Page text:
‘Mali On The Brink’ is the latest in our series of ‘Local Voices for Peace‘ reports, the aim of which is to raise the profile of civil society perspectives on peace and conflict.

Mali is facing escalating violent conflict that has spread from the peripheral Sahel regions in the far northwest to the centre of the country. Several interlinked micro-conflicts are causing communities to fragment into competing armed factions, with mass atrocities becoming increasingly commonplace.

This report presents the findings of Peace Direct’s ‘Peace Exchange’ that took place in Bamako in May 2018, bringing together 20 representatives from Malian grassroots peacebuilding organisations to discuss the drivers of violent conflict, and the local capacities that exist to build peace.

Recognising the unique advantages that local peacebuilding organisations enjoy, as well as the very significant challenges that they face in Mali, this report puts forward a number of key recommendations for national and international actors, including investing in civic education and infrastructure, and enhancing dialogue between the state and civil society actors. 

The report in full, as well as an Executive Summary with the key findings and recommendations, are available below:

Full Report

Executive Summary

More from the blog

Civilians in northern Syria continue to be under siege, facing constant bombardments and a series of offensives that have killed and displaced thousands. Stuck in the middle of a proxy war between large regional players, civilians in northern Syria have been abandoned by the international community who has failed to put an end to the suffering of the Syrian people. Read more »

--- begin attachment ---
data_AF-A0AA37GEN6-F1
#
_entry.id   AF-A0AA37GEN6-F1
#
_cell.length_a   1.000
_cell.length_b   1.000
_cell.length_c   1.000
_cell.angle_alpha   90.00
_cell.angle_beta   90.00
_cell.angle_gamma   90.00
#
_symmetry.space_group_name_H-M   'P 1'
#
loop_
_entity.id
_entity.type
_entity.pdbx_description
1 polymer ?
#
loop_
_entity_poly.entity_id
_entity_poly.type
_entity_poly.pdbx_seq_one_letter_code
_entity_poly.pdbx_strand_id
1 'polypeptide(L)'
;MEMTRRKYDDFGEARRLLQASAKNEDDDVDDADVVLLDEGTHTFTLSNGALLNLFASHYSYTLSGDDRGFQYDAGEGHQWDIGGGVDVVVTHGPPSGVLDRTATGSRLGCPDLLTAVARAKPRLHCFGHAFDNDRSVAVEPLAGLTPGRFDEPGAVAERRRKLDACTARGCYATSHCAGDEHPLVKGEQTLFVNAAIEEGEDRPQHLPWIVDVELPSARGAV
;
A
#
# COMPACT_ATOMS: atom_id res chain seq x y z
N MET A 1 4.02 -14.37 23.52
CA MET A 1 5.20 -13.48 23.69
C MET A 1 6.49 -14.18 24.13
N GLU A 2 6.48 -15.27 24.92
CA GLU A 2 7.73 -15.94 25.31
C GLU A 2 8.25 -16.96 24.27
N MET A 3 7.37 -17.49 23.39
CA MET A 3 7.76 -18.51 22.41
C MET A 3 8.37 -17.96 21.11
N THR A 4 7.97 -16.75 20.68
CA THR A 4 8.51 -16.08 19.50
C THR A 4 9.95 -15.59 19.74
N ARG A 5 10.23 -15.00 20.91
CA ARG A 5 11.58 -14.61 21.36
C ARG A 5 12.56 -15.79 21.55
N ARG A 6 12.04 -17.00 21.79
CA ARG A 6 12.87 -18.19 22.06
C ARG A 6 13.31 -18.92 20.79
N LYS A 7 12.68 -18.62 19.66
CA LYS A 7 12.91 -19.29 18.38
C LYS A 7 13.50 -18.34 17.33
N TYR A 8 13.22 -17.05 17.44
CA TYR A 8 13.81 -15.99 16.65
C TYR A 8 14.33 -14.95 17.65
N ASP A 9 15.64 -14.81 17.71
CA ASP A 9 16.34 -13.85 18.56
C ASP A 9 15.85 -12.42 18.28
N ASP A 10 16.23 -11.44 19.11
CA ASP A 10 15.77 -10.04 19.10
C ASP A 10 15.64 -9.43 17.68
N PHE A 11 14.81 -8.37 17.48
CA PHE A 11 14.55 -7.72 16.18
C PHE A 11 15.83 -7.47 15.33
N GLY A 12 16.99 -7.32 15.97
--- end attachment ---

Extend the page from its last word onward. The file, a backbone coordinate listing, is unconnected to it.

03 February 2020

On August 5th 2019, the Jammu and Kashmir Reorganization Bill revoked Article 370 and 35A, splitting the state of Jammu and Kashmir into two Union Territories, Ladakh and Jammu and Kashmir. Ashima Kaul, our Kashmir Local Peacebuilding Expert, travelled to Ladakh to interview local peacebuilders on how this has affected their community. Read more »

13 January 2020

Noor Ghazi was born and raised in Iraq's capital Baghdad. In 2003, after Saddam Hussein was removed from power, her family left for Syria with hopes to soon return. But fighting in Iraq continued and life in Syria brought its own challenges, so Ghazi and her family traveled to the U.S. as refugees in 2008 when she was 18 years old. In a recent phone conversation, she shared her story and her belief in the power of education to create a more peaceful world. Read more »

16 January 2020

More from the blog